Respiration rate displayed a curvilinear response to increased water velocity, saturating at velocities above 7.5–12 cm s−1 (Fig. 2). Mean respiration rate was typically low at slow velocities (e.g. 8.6±2.9 nmol O2 g−1 s−1 at 0.7 cm s−1), rose rapidly as flows increased to 7.5 cm s−1 (33.8±7.1 nmol O2 g−1 s−1), and remained stable to 150 cm s−1 (38.0±7.2 nmol O2 g−1 s−1).
There was a significant interaction between the two main effects, water temperature and water velocity (F32,64=3.756, P<0.05). At low temperatures (5–10°C), flow had little influence on respiration rate, whereas at high temperatures (20–25°C), flow had a much larger effect (Fig. 2).
Sherwood number–Reynolds number analysis
Sherwood number (Sh)–Reynolds number (Re) plots indicate that oxygen uptake was flow dependent at slow water velocities (≤7.5 cm s−1; Fig. 3), as evidenced by high Re exponents across all temperatures (0.73±0.13). In contrast, lower Re exponents at higher velocities (0.18±0.05 for >7.5 cm s−1), indicated that uptake was relatively flow independent. Alternatively, Sh derived from fluid transport processes displayed higher Re exponents at both low and high flows (1.01±0.04 for velocities ≤7.5 cm s−1 and 0.98±0.013 for velocities >7.5 cm s−1).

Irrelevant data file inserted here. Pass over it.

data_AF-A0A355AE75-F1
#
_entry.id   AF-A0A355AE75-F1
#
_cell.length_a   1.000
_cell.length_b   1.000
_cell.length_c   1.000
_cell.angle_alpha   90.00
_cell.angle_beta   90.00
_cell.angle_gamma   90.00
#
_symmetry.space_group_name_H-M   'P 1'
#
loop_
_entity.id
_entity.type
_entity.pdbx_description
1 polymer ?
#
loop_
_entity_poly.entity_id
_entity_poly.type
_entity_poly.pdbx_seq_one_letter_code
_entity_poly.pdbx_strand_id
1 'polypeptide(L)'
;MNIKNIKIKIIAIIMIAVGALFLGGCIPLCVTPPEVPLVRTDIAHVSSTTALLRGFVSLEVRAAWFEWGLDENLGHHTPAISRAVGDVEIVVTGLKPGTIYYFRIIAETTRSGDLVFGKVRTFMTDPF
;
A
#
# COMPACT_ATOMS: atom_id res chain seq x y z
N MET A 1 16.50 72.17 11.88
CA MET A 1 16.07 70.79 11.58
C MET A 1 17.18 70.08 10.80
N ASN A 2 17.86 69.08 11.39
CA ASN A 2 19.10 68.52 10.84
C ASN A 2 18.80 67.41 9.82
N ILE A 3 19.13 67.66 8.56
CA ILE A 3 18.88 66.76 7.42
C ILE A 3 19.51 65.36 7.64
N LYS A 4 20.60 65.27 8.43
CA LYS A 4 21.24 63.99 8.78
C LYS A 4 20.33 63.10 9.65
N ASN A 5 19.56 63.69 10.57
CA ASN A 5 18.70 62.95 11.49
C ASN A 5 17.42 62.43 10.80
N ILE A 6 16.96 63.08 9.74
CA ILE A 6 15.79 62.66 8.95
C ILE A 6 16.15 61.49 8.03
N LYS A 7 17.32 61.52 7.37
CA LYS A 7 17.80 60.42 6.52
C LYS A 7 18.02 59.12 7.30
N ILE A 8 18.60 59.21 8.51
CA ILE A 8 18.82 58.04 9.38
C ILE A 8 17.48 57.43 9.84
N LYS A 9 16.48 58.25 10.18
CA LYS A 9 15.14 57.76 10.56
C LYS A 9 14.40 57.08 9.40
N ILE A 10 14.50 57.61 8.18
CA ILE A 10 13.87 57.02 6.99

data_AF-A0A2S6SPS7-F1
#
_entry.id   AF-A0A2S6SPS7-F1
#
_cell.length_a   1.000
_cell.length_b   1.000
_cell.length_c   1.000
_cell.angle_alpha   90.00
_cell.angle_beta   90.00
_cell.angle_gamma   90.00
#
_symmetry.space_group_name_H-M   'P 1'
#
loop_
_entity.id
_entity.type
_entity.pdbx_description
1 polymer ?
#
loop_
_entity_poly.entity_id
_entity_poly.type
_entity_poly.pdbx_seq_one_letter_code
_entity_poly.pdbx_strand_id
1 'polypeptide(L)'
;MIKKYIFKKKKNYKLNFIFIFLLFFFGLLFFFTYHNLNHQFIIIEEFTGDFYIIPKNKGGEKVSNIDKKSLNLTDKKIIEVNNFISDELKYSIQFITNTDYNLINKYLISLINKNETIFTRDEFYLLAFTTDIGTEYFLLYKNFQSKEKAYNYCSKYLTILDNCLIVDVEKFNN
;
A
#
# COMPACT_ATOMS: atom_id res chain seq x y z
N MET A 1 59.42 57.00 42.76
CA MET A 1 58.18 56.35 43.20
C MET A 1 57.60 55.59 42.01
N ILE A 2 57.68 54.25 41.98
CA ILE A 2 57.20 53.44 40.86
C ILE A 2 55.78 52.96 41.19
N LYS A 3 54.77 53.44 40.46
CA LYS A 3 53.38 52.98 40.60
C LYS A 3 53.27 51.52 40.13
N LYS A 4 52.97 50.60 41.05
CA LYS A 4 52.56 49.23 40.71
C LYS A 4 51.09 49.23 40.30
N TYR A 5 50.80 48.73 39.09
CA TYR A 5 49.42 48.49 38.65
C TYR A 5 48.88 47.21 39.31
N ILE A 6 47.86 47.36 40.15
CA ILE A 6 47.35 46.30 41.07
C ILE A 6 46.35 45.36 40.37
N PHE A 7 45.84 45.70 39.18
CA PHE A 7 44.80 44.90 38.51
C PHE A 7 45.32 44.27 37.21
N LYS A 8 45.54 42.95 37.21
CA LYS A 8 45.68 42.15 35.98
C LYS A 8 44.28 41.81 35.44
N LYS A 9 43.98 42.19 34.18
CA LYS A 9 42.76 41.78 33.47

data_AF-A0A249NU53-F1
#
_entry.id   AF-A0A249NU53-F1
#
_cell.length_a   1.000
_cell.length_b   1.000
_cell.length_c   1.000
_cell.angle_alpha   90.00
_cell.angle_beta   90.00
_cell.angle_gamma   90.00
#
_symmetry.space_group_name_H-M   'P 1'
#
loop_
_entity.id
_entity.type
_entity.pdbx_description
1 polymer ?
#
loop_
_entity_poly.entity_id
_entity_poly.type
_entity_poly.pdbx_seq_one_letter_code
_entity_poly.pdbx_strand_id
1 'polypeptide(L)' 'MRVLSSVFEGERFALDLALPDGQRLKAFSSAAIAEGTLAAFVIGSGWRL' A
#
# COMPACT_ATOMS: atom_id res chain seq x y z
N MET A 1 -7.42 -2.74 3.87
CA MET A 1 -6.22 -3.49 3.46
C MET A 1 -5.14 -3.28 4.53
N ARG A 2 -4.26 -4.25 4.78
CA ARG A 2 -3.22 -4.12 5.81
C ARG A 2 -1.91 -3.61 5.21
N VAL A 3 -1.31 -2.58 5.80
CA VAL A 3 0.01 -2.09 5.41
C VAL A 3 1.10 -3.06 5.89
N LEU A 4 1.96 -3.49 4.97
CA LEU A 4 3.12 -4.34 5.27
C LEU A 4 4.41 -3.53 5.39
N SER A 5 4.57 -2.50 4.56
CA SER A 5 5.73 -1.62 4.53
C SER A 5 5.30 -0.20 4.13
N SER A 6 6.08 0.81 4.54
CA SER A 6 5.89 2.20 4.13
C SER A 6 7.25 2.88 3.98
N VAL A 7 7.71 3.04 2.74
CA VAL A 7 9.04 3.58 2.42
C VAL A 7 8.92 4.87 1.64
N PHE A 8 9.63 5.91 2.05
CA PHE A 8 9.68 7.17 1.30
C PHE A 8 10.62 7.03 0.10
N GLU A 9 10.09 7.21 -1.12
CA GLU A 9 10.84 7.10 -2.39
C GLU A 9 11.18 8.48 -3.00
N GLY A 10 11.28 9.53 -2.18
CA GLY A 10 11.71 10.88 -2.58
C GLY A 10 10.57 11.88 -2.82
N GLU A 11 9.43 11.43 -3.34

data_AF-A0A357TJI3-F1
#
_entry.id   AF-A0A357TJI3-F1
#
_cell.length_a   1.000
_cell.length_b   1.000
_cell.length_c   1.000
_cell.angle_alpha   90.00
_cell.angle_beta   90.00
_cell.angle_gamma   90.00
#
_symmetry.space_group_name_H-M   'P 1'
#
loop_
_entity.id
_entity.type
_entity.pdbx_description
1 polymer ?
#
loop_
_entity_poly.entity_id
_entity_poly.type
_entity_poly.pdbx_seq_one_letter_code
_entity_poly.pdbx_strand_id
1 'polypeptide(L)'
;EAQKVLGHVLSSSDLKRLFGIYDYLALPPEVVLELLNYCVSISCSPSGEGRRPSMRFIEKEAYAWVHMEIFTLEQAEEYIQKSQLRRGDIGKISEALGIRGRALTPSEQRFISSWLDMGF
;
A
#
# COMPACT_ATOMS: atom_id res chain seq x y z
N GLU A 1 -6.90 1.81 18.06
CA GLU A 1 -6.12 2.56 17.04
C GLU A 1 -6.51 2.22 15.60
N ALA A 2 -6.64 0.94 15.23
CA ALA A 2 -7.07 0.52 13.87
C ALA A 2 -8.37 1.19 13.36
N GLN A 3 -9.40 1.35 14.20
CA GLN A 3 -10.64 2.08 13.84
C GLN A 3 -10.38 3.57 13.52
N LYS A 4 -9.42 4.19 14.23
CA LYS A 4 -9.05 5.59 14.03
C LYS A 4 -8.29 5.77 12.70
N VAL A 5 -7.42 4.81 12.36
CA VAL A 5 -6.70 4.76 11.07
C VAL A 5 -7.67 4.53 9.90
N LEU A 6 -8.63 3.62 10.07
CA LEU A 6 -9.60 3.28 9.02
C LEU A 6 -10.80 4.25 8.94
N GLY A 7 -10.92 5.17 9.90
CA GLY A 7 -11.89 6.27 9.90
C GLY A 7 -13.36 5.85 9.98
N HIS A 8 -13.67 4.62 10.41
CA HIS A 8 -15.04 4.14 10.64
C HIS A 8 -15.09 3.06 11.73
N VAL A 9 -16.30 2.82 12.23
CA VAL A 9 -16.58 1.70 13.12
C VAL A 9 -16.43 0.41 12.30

Mass transfer versus kinetic limitation
The non-dimensional plot based on Sanford and Crawford (Sanford and Crawford, 2000) demonstrates that barnacle respiration rate can be mass transfer and/or kinetically limited, depending on the temperature–flow conditions they experience (Fig. 4). Barnacles in low flow conditions (0.7 cm s−1) were under mass transfer limitation at all temperatures above 5°C. Barnacles at slightly higher flows, between 1 and 7.5 cm s−1, were generally under mass transfer limitation at warmer temperatures but entered kinetic limitation under cooler temperatures. Barnacles at 12–40 cm s−1 were in the intermediate region, where both mass transfer and kinetic limitation occurs, at warm temperatures and kinetic limitation at high temperatures. Barnacles at or above 60 cm s−1 were generally limited by reaction kinetics.